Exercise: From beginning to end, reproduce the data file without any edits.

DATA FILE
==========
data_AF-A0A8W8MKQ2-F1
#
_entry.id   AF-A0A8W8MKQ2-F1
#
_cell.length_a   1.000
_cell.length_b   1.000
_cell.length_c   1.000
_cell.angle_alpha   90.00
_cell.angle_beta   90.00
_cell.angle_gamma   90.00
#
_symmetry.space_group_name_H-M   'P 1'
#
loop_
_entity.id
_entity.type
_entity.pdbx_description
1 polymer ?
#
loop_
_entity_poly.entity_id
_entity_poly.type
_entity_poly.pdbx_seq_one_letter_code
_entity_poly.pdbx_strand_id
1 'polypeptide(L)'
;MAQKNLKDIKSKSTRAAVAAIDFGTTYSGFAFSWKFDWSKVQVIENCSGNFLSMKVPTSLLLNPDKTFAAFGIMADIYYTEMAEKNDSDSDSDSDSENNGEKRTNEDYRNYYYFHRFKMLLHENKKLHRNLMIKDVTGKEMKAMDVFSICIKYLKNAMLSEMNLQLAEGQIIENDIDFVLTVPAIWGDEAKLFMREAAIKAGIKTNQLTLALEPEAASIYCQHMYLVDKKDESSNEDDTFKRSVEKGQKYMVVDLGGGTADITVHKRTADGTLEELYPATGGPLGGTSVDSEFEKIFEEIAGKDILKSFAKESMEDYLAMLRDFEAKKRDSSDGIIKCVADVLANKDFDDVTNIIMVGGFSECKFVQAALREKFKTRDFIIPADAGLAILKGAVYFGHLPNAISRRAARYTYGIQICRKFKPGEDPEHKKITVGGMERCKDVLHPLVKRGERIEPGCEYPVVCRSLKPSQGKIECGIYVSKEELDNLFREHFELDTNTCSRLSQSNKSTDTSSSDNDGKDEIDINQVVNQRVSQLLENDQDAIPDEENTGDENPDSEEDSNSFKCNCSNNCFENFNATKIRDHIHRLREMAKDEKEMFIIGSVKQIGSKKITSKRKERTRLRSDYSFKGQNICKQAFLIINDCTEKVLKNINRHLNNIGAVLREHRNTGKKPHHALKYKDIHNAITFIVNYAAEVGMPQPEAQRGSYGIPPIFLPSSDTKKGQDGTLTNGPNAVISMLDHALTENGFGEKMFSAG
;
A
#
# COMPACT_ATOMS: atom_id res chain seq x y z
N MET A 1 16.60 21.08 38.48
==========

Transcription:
data_AF-A0A8W8MKQ2-F1
#
_entry.id   AF-A0A8W8MKQ2-F1
#
_cell.length_a   1.000
_cell.length_b   1.000
_cell.length_c   1.000
_cell.angle_alpha   90.00
_cell.angle_beta   90.00
_cell.angle_gamma   90.00
#
_symmetry.space_group_name_H-M   'P 1'
#
loop_
_entity.id
_entity.type
_entity.pdbx_description
1 polymer ?
#
loop_
_entity_poly.entity_id
_entity_poly.type
_entity_poly.pdbx_seq_one_letter_code
_entity_poly.pdbx_strand_id
1 'polypeptide(L)'
;MAQKNLKDIKSKSTRAAVAAIDFGTTYSGFAFSWKFDWSKVQVIENCSGNFLSMKVPTSLLLNPDKTFAAFGIMADIYYTEMAEKNDSDSDSDSDSENNGEKRTNEDYRNYYYFHRFKMLLHENKKLHRNLMIKDVTGKEMKAMDVFSICIKYLKNAMLSEMNLQLAEGQIIENDIDFVLTVPAIWGDEAKLFMREAAIKAGIKTNQLTLALEPEAASIYCQHMYLVDKKDESSNEDDTFKRSVEKGQKYMVVDLGGGTADITVHKRTADGTLEELYPATGGPLGGTSVDSEFEKIFEEIAGKDILKSFAKESMEDYLAMLRDFEAKKRDSSDGIIKCVADVLANKDFDDVTNIIMVGGFSECKFVQAALREKFKTRDFIIPADAGLAILKGAVYFGHLPNAISRRAARYTYGIQICRKFKPGEDPEHKKITVGGMERCKDVLHPLVKRGERIEPGCEYPVVCRSLKPSQGKIECGIYVSKEELDNLFREHFELDTNTCSRLSQSNKSTDTSSSDNDGKDEIDINQVVNQRVSQLLENDQDAIPDEENTGDENPDSEEDSNSFKCNCSNNCFENFNATKIRDHIHRLREMAKDEKEMFIIGSVKQIGSKKITSKRKERTRLRSDYSFKGQNICKQAFLIINDCTEKVLKNINRHLNNIGAVLREHRNTGKKPHHALKYKDIHNAITFIVNYAAEVGMPQPEAQRGSYGIPPIFLPSSDTKKGQDGTLTNGPNAVISMLDHALTENGFGEKMFSAG
;
A
#
# COMPACT_ATOMS: atom_id res chain seq x y z
N MET A 1 16.60 21.08 38.48